Historic Houses in Lowlands

Lowlands or often referred to as Scottish Lowlands is a historical region in Scotland includes the portion of the country southeast of a line drawn from Dumbarton to Stonehaven. Surrounded by gentle rolling hills and moorland in the west and a picturesque coastline in the east. Offering plenty of things to see and do around the area to cater to everyone's pursuit. Historic Houses in Lowlands House of the Binns, Linlithgow and Royal Burgh of Culross are listed below.
12 Results In Or Near Lowlands
Discover Generations of Family History at House of the Binns The House of the Binns is the historic home of the Dalyells family, among them General Tam Dalyell who raised the Royal Scots Greys here in 1681. Four of the main rooms have important moulded ceilings, some of the earliest examples in Scotland. The collection of furniture mostly dates from the 18th and 19th century, also an excellent collection of family portraits and an interesting collection of porcelain. The Bible, sword a...
Step Back in Time and visit Royal Burgh of Culross Culross Palace was built for Sir George Bruce between 1597 and 1611 and has original interiors with painted woodwork. On display are 17th and 18th century furniture, decorative items and a fine collection of Staffordshire and Scottish pottery. The rooms are small and feature Menel pine panelling, murals and ceiling paintings. Many of the rooms have vaulted ceilings, which were built to support the upper floors. A model 17th century ga...
Discover the History of The Georgian House The Georgian House is part of Robert Adam´s masterpiece of urban design, in Charlotte Square. It dates from 1796, when those who could afford it began to escape the cramped, squalid conditions of Edinburgh´s Old Town to settle in the fashionable New Town. The first owner was John Lamont, 18th Chief of Clan Lamont, who lived here until 1815. The beautiful collections of china, shining silver, exquisite paintings and furniture all reflect the d...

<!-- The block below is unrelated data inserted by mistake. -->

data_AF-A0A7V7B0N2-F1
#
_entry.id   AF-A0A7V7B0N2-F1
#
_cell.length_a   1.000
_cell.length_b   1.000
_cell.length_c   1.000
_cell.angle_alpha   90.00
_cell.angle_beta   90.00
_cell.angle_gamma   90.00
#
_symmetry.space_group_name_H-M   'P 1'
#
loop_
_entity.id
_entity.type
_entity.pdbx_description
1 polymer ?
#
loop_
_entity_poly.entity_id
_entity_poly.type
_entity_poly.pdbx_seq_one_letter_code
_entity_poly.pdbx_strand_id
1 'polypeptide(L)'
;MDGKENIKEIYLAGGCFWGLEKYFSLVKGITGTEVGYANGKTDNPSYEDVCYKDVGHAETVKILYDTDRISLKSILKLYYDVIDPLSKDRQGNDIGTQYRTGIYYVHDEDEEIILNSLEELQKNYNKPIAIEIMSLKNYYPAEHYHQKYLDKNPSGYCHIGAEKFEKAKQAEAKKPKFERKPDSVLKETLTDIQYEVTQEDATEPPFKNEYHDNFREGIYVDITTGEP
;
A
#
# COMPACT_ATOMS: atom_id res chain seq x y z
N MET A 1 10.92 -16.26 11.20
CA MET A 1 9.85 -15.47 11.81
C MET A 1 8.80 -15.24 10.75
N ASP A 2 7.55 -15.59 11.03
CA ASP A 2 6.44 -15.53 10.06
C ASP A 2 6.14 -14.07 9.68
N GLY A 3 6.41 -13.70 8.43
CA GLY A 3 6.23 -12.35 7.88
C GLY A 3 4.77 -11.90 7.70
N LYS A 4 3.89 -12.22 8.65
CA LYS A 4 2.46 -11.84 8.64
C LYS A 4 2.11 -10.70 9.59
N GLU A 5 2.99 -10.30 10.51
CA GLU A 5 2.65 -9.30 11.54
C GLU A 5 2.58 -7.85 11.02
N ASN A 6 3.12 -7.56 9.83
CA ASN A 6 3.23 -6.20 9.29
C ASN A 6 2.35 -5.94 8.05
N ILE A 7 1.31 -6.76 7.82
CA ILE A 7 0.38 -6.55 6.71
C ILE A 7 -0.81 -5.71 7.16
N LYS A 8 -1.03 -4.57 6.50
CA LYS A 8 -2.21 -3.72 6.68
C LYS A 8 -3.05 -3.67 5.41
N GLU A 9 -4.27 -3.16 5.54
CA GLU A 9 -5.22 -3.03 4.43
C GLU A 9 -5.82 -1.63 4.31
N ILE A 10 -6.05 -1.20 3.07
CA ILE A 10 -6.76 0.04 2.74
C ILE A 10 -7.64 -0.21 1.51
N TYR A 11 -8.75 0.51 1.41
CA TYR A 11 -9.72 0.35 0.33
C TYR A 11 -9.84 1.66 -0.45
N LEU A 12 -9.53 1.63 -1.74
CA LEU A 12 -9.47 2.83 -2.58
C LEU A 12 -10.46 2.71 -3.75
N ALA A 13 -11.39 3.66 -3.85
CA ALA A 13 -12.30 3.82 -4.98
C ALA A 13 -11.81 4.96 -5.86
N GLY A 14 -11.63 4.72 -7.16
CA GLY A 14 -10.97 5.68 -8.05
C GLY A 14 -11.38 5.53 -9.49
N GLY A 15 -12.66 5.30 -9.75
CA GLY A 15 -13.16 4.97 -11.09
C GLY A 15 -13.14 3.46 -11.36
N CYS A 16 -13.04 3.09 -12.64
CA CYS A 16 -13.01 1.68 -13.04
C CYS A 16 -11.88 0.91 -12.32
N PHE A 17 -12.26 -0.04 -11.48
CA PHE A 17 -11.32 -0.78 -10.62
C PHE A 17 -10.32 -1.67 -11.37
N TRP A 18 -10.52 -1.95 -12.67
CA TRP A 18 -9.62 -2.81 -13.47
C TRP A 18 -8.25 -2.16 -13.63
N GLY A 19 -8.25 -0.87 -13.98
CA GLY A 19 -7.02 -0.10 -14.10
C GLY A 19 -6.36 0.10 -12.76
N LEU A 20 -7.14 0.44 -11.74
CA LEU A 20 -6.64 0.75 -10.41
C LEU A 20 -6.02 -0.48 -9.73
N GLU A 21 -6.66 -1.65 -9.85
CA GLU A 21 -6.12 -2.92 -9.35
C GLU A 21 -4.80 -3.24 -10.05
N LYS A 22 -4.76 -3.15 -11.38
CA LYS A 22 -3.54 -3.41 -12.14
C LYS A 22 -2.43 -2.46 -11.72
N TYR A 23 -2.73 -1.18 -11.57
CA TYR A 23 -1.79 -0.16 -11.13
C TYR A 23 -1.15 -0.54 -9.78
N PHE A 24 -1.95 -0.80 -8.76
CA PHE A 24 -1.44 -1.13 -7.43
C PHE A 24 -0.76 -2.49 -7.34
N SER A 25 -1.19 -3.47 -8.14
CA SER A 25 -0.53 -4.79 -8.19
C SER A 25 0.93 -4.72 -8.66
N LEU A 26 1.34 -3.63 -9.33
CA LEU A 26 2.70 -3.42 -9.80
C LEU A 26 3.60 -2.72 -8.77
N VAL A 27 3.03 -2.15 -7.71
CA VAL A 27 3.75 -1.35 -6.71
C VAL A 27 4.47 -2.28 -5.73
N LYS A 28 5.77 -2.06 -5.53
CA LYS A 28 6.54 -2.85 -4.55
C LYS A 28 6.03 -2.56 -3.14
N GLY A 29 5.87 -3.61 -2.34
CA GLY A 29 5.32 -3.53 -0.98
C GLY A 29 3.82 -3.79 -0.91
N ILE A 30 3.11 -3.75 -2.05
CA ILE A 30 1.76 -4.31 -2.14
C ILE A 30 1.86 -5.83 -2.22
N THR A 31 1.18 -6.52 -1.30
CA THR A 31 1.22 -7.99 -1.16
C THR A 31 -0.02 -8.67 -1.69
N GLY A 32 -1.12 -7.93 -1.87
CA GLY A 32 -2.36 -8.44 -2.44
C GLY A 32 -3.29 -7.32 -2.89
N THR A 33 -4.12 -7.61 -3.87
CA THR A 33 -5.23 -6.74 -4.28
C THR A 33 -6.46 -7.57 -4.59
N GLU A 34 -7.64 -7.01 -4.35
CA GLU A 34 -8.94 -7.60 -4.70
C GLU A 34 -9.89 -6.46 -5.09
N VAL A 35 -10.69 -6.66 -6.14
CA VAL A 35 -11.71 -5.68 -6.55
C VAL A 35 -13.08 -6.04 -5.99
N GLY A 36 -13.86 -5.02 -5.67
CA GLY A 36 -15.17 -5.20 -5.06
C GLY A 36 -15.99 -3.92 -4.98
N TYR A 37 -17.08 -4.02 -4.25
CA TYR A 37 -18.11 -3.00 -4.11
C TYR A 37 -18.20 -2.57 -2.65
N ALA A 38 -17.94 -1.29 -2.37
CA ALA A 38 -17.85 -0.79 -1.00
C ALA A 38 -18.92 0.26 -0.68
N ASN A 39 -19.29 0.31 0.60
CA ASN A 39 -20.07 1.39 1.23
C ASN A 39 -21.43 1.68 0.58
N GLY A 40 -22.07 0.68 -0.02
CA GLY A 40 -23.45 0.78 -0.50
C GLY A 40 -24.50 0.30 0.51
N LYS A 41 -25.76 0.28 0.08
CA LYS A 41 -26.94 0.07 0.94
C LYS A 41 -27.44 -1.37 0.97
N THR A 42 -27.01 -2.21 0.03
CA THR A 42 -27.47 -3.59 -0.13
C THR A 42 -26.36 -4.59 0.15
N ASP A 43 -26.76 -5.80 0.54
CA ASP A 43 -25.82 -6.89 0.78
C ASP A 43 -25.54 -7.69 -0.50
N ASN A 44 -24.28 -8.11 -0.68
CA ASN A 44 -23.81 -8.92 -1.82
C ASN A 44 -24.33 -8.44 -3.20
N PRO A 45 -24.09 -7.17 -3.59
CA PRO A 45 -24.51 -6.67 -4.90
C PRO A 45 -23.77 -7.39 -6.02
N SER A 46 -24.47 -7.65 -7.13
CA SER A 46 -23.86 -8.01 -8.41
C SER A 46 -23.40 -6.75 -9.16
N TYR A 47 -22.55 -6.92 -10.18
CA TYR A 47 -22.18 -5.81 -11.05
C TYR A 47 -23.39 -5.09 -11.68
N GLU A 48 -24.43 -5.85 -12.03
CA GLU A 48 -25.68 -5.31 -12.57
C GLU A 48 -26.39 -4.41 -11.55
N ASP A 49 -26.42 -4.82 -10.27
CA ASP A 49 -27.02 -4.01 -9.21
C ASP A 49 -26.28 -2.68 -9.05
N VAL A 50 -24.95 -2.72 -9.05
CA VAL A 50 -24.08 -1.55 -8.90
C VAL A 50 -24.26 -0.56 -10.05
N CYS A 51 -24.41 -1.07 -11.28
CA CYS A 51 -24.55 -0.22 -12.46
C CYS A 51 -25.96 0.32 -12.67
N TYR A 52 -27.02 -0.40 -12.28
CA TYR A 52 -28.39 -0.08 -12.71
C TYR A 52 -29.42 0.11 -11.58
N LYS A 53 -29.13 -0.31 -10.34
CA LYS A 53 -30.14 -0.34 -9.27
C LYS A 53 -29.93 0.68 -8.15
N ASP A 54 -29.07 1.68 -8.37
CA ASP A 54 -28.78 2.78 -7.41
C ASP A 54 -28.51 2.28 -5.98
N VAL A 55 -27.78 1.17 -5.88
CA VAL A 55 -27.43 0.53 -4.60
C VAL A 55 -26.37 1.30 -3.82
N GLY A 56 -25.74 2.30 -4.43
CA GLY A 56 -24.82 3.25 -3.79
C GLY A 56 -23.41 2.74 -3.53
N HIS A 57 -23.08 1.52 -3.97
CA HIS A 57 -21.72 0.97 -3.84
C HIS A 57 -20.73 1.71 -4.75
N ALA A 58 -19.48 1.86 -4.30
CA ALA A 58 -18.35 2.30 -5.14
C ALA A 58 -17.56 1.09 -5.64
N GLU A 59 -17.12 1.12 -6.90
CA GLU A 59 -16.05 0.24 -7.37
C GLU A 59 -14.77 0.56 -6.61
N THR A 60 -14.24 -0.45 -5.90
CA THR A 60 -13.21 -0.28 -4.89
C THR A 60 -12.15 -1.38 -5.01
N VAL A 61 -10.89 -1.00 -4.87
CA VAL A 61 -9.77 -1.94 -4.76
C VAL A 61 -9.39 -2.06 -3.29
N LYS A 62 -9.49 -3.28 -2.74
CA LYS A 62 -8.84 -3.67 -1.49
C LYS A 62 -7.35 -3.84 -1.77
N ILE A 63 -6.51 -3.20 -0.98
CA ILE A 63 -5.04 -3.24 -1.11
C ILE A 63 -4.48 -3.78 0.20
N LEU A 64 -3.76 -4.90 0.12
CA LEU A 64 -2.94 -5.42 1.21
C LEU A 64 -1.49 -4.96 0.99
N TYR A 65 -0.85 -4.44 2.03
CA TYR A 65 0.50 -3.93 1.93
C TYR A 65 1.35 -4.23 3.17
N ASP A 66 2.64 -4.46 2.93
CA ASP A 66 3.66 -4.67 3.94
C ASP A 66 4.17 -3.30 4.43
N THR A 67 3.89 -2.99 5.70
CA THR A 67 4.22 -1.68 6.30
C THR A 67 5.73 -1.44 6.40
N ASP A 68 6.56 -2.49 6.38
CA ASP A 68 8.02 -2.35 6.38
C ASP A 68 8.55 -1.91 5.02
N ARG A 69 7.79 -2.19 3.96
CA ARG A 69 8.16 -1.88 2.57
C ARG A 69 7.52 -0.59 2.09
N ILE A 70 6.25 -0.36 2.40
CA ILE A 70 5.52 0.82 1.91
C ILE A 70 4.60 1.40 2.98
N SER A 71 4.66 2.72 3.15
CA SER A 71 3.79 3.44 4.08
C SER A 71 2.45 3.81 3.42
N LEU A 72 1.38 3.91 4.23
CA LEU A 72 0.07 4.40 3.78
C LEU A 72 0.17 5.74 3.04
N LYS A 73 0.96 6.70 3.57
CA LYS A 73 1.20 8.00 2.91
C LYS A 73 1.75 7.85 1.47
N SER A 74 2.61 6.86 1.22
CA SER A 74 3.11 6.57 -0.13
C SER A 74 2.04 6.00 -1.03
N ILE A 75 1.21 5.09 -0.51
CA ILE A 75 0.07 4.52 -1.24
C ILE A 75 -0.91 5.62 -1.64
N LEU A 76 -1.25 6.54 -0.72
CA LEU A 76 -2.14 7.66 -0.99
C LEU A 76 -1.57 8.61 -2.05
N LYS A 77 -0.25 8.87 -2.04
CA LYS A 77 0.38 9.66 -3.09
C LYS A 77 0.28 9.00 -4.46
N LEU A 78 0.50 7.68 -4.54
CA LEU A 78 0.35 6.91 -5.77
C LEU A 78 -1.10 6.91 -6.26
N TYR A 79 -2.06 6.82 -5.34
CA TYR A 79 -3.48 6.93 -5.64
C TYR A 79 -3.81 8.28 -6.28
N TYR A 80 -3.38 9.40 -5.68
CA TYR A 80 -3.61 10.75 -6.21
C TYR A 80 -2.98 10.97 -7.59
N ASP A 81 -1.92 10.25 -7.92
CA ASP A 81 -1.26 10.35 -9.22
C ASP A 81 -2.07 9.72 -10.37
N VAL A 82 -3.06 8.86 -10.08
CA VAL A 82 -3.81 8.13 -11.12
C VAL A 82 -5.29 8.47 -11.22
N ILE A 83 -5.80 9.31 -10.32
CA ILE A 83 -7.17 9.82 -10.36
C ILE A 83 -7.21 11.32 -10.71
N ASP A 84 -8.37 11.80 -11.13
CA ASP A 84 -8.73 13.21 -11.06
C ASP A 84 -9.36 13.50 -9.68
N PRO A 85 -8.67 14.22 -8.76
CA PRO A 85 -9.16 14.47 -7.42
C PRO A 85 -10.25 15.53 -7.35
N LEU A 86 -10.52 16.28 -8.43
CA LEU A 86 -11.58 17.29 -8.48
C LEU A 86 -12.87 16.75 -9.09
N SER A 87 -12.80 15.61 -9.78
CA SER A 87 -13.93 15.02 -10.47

Discover the secrets of this Beautiful Scottish Mansion Newhailes is a fine late 17th century house with impressive 18th century additions. The house was built in 1686 and bought by Sir David Dalrymple, of the legal and political dynasty. He was responsible for the addition of one of the most important rococo interiors in Scotland. The house contains a fine collection of paintings, portraits and furnishings. The library was built in the early 18th century, and described by Dr Samuel Jo...
Discover the Beauty of Pollok House Pollok House is set in the grounds of Pollok Park, home to the Maxwell family for over 600 years. The present house, (c.1750) replaced three earlier structures and was extended in 1890. The house contains an internationally important collection of paintings, which includes works by Blake, El Greco and Murillo. Also displays of silver, period ceramics and furnishings that were collected by Sir William Maxwell. It is the home to the world famous Burrel...
Step Back in Time at Falkland Palace and Gardens The Royal Palace of Falkland, the country residence of Stuart kings and queens, was built between 1450 and 1541. Part of the palace was burned down by Cromwell´s troops in 1654. The palace contains fine portraits of the Stuart monarchs and two sets of 17th century tapestry hangings and some rooms have been renovated to depict what life was like for the Stuarts. The Chapel Royal dates from 1633 and the Royal Tennis Court is the oldest i...
Traquair is Scotland's oldest inhabited House dating from 1107, and lived in by the Stuart family since 1491. Originally a Royal hunting lodge, with strong Jacobean and Catholic history, there is much to see within its walls. The House also has extensive informal gardens, with the largest hedged maze in Scotland, and it's own Traquair House Brewery.
Dating back to the 16th century, Thirlestane Castle is one of the oldest and finest inhabited castles in Scotland.
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